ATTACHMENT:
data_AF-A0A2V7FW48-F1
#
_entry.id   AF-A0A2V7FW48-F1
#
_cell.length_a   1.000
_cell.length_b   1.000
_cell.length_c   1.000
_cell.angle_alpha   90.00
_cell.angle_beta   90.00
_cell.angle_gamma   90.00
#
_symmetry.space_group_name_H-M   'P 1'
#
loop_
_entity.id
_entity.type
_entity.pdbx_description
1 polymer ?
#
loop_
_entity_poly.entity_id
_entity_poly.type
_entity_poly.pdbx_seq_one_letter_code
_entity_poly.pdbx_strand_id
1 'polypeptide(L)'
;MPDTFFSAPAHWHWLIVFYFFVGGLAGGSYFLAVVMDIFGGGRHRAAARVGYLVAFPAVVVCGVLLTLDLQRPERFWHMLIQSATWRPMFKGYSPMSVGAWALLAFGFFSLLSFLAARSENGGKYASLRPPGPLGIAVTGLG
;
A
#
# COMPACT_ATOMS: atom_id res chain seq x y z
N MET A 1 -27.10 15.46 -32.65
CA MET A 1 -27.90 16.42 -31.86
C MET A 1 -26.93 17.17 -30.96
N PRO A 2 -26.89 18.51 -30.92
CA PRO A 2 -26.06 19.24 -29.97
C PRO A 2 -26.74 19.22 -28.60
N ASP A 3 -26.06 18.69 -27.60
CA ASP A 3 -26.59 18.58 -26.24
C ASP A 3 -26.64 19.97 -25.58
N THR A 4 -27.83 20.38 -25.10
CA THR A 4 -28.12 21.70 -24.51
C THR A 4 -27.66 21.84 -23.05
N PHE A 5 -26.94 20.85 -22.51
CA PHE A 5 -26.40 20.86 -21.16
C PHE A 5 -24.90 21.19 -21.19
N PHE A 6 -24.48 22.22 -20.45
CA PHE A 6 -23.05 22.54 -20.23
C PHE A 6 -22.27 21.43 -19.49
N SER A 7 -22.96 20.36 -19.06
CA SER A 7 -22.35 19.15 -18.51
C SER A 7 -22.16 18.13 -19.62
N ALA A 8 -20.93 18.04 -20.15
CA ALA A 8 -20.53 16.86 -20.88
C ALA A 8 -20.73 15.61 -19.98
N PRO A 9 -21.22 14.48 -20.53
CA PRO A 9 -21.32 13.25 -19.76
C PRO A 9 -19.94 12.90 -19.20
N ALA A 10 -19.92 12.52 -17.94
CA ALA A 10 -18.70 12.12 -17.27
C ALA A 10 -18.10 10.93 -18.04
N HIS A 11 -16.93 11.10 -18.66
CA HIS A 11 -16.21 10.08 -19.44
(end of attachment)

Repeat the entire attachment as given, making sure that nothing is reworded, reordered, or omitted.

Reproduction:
data_AF-A0A2V7FW48-F1
#
_entry.id   AF-A0A2V7FW48-F1
#
_cell.length_a   1.000
_cell.length_b   1.000
_cell.length_c   1.000
_cell.angle_alpha   90.00
_cell.angle_beta   90.00
_cell.angle_gamma   90.00
#
_symmetry.space_group_name_H-M   'P 1'
#
loop_
_entity.id
_entity.type
_entity.pdbx_description
1 polymer ?
#
loop_
_entity_poly.entity_id
_entity_poly.type
_entity_poly.pdbx_seq_one_letter_code
_entity_poly.pdbx_strand_id
1 'polypeptide(L)'
;MPDTFFSAPAHWHWLIVFYFFVGGLAGGSYFLAVVMDIFGGGRHRAAARVGYLVAFPAVVVCGVLLTLDLQRPERFWHMLIQSATWRPMFKGYSPMSVGAWALLAFGFFSLLSFLAARSENGGKYASLRPPGPLGIAVTGLG
;
A
#
# COMPACT_ATOMS: atom_id res chain seq x y z
N MET A 1 -27.10 15.46 -32.65
CA MET A 1 -27.90 16.42 -31.86
C MET A 1 -26.93 17.17 -30.96
N PRO A 2 -26.89 18.51 -30.92
CA PRO A 2 -26.06 19.24 -29.97
C PRO A 2 -26.74 19.22 -28.60
N ASP A 3 -26.06 18.69 -27.60
CA ASP A 3 -26.59 18.58 -26.24
C ASP A 3 -26.64 19.97 -25.58
N THR A 4 -27.83 20.38 -25.10
CA THR A 4 -28.12 21.70 -24.51
C THR A 4 -27.66 21.84 -23.05
N PHE A 5 -26.94 20.85 -22.51
CA PHE A 5 -26.40 20.86 -21.16
C PHE A 5 -24.90 21.19 -21.19
N PHE A 6 -24.48 22.22 -20.45
CA PHE A 6 -23.05 22.54 -20.23
C PHE A 6 -22.27 21.43 -19.49
N SER A 7 -22.96 20.36 -19.06
CA SER A 7 -22.35 19.15 -18.51
C SER A 7 -22.16 18.13 -19.62
N ALA A 8 -20.93 18.04 -20.15
CA ALA A 8 -20.53 16.86 -20.88
C ALA A 8 -20.73 15.61 -19.98
N PRO A 9 -21.22 14.48 -20.53
CA PRO A 9 -21.32 13.25 -19.76
C PRO A 9 -19.94 12.90 -19.20
N ALA A 10 -19.92 12.52 -17.94
CA ALA A 10 -18.70 12.12 -17.27
C ALA A 10 -18.10 10.93 -18.04
N HIS A 11 -16.93 11.10 -18.66
CA HIS A 11 -16.21 10.08 -19.44